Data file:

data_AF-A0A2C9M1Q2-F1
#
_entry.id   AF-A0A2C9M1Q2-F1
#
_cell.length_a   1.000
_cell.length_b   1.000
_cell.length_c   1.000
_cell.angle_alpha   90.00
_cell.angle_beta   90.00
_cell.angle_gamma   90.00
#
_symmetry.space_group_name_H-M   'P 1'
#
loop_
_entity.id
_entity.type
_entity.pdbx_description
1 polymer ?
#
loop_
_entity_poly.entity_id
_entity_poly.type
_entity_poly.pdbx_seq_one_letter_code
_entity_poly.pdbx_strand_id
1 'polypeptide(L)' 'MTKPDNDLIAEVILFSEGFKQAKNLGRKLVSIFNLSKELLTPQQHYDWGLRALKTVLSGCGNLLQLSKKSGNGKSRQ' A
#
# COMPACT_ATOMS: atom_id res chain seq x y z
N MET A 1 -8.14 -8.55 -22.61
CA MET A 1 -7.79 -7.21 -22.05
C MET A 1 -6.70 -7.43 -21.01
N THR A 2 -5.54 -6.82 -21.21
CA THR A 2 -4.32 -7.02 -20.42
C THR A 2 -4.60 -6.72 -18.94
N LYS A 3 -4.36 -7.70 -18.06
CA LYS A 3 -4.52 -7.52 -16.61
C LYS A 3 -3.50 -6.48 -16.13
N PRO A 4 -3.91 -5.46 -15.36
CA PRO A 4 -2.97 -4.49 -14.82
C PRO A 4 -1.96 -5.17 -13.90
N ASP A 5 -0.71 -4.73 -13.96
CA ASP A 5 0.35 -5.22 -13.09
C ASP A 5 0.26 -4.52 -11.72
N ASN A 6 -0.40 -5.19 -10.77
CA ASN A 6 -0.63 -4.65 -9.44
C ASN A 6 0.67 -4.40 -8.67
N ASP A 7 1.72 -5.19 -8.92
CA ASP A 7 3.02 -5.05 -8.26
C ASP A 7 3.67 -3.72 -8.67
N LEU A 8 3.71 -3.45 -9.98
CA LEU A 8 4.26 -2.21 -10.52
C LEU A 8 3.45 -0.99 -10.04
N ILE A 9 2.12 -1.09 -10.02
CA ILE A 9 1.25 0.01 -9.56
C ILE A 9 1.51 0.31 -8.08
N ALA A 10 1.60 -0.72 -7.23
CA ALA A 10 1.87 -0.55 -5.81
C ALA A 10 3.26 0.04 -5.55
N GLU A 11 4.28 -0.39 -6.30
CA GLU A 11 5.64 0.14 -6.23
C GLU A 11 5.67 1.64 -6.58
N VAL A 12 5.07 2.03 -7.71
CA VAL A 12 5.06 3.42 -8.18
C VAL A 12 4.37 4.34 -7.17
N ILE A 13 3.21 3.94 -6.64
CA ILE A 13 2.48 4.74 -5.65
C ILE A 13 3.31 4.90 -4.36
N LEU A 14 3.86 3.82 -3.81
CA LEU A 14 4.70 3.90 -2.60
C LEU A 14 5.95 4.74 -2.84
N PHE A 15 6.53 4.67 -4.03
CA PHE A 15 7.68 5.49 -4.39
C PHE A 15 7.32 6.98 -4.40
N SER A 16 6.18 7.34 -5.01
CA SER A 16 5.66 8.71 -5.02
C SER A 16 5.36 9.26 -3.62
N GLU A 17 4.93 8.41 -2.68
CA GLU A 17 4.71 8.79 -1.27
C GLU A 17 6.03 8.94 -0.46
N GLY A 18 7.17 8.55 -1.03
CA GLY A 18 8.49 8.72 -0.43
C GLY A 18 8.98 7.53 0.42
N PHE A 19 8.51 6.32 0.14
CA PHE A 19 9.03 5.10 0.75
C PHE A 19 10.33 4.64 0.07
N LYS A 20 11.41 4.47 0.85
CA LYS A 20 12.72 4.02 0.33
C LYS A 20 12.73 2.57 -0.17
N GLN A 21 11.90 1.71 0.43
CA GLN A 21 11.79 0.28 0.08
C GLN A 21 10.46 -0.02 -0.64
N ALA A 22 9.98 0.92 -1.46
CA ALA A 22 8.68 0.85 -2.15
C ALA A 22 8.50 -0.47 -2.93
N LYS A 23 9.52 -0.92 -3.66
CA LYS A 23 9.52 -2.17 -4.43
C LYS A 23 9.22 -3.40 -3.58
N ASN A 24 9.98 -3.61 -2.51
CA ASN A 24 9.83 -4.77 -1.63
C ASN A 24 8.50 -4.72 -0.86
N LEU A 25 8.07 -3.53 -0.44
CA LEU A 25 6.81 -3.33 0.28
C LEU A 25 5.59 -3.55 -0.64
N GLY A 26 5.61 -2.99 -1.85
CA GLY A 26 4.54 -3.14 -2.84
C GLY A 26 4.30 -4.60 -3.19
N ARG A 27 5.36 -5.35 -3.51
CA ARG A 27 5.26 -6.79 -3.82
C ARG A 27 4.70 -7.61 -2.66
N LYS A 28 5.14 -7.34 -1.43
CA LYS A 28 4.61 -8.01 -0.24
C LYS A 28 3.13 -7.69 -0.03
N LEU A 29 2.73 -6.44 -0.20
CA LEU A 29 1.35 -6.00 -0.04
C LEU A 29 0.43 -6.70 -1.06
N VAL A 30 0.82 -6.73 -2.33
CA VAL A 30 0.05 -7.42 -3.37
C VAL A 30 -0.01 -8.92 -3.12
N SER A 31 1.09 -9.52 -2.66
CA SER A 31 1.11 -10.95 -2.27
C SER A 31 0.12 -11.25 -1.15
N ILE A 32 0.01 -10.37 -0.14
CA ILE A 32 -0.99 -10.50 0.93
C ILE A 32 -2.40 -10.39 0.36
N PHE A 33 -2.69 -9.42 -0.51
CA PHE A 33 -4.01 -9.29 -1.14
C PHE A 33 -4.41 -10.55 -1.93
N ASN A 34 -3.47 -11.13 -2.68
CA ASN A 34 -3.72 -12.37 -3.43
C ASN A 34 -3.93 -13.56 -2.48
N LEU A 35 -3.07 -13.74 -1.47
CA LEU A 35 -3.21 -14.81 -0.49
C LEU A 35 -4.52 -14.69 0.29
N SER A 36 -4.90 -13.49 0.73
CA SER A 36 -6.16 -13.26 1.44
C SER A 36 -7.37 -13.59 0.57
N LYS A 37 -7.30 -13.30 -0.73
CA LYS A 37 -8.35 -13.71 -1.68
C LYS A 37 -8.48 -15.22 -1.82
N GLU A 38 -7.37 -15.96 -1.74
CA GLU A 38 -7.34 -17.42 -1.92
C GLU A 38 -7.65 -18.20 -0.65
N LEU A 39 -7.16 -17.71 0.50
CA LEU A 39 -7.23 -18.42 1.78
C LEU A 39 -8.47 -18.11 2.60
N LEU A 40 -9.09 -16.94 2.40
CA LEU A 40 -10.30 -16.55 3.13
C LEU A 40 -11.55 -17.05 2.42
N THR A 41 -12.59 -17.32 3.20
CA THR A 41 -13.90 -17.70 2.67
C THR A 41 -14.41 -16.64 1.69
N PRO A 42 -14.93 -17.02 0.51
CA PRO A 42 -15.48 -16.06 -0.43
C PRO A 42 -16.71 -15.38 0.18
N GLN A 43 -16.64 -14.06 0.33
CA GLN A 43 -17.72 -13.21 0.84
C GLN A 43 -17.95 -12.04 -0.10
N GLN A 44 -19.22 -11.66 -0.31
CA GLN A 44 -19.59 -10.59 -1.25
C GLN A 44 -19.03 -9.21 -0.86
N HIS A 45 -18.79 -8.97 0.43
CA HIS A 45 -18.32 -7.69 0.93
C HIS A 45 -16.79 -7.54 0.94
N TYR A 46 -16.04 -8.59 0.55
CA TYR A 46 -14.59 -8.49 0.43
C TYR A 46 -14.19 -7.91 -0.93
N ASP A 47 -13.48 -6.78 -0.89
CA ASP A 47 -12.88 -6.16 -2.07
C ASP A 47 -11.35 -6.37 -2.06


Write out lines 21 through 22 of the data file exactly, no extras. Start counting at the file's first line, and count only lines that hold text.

_entity_poly.entity_id
_entity_poly.type